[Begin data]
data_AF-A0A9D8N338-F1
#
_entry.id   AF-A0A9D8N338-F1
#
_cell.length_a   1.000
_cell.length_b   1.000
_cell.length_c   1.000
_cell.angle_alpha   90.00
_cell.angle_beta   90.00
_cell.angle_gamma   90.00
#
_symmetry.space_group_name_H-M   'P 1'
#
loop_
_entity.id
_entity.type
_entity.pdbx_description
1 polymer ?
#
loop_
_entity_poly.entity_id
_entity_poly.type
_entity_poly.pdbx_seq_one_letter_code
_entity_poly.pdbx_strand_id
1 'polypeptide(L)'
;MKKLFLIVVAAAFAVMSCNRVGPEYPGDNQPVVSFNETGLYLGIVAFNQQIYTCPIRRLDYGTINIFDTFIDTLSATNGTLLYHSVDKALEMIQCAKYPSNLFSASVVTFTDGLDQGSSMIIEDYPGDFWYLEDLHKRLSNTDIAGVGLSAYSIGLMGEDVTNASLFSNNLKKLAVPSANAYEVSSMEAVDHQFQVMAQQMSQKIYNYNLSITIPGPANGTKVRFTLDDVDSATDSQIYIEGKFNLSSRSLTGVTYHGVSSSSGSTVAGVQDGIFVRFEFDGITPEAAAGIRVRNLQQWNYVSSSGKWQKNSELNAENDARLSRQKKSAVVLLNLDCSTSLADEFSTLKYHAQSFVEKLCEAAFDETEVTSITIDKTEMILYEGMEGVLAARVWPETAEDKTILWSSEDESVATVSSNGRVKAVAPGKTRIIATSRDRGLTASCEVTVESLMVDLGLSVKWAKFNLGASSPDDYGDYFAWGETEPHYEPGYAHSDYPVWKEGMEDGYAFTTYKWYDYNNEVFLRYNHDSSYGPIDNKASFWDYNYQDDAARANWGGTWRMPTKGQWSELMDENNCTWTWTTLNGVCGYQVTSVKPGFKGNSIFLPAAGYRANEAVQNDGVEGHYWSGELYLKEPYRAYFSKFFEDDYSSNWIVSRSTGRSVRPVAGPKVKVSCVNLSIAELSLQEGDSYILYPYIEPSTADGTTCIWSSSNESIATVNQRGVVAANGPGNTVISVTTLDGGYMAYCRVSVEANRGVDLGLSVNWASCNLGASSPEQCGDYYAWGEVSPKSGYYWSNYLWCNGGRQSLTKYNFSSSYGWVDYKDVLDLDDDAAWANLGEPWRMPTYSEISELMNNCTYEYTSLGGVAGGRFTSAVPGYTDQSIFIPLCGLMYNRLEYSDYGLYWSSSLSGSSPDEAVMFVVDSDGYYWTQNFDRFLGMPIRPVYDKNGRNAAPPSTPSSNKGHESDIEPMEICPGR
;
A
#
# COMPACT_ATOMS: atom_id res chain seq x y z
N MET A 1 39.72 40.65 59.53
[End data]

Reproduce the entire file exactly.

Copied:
data_AF-A0A9D8N338-F1
#
_entry.id   AF-A0A9D8N338-F1
#
_cell.length_a   1.000
_cell.length_b   1.000
_cell.length_c   1.000
_cell.angle_alpha   90.00
_cell.angle_beta   90.00
_cell.angle_gamma   90.00
#
_symmetry.space_group_name_H-M   'P 1'
#
loop_
_entity.id
_entity.type
_entity.pdbx_description
1 polymer ?
#
loop_
_entity_poly.entity_id
_entity_poly.type
_entity_poly.pdbx_seq_one_letter_code
_entity_poly.pdbx_strand_id
1 'polypeptide(L)'
;MKKLFLIVVAAAFAVMSCNRVGPEYPGDNQPVVSFNETGLYLGIVAFNQQIYTCPIRRLDYGTINIFDTFIDTLSATNGTLLYHSVDKALEMIQCAKYPSNLFSASVVTFTDGLDQGSSMIIEDYPGDFWYLEDLHKRLSNTDIAGVGLSAYSIGLMGEDVTNASLFSNNLKKLAVPSANAYEVSSMEAVDHQFQVMAQQMSQKIYNYNLSITIPGPANGTKVRFTLDDVDSATDSQIYIEGKFNLSSRSLTGVTYHGVSSSSGSTVAGVQDGIFVRFEFDGITPEAAAGIRVRNLQQWNYVSSSGKWQKNSELNAENDARLSRQKKSAVVLLNLDCSTSLADEFSTLKYHAQSFVEKLCEAAFDETEVTSITIDKTEMILYEGMEGVLAARVWPETAEDKTILWSSEDESVATVSSNGRVKAVAPGKTRIIATSRDRGLTASCEVTVESLMVDLGLSVKWAKFNLGASSPDDYGDYFAWGETEPHYEPGYAHSDYPVWKEGMEDGYAFTTYKWYDYNNEVFLRYNHDSSYGPIDNKASFWDYNYQDDAARANWGGTWRMPTKGQWSELMDENNCTWTWTTLNGVCGYQVTSVKPGFKGNSIFLPAAGYRANEAVQNDGVEGHYWSGELYLKEPYRAYFSKFFEDDYSSNWIVSRSTGRSVRPVAGPKVKVSCVNLSIAELSLQEGDSYILYPYIEPSTADGTTCIWSSSNESIATVNQRGVVAANGPGNTVISVTTLDGGYMAYCRVSVEANRGVDLGLSVNWASCNLGASSPEQCGDYYAWGEVSPKSGYYWSNYLWCNGGRQSLTKYNFSSSYGWVDYKDVLDLDDDAAWANLGEPWRMPTYSEISELMNNCTYEYTSLGGVAGGRFTSAVPGYTDQSIFIPLCGLMYNRLEYSDYGLYWSSSLSGSSPDEAVMFVVDSDGYYWTQNFDRFLGMPIRPVYDKNGRNAAPPSTPSSNKGHESDIEPMEICPGR
;
A
#
# COMPACT_ATOMS: atom_id res chain seq x y z
N MET A 1 39.72 40.65 59.53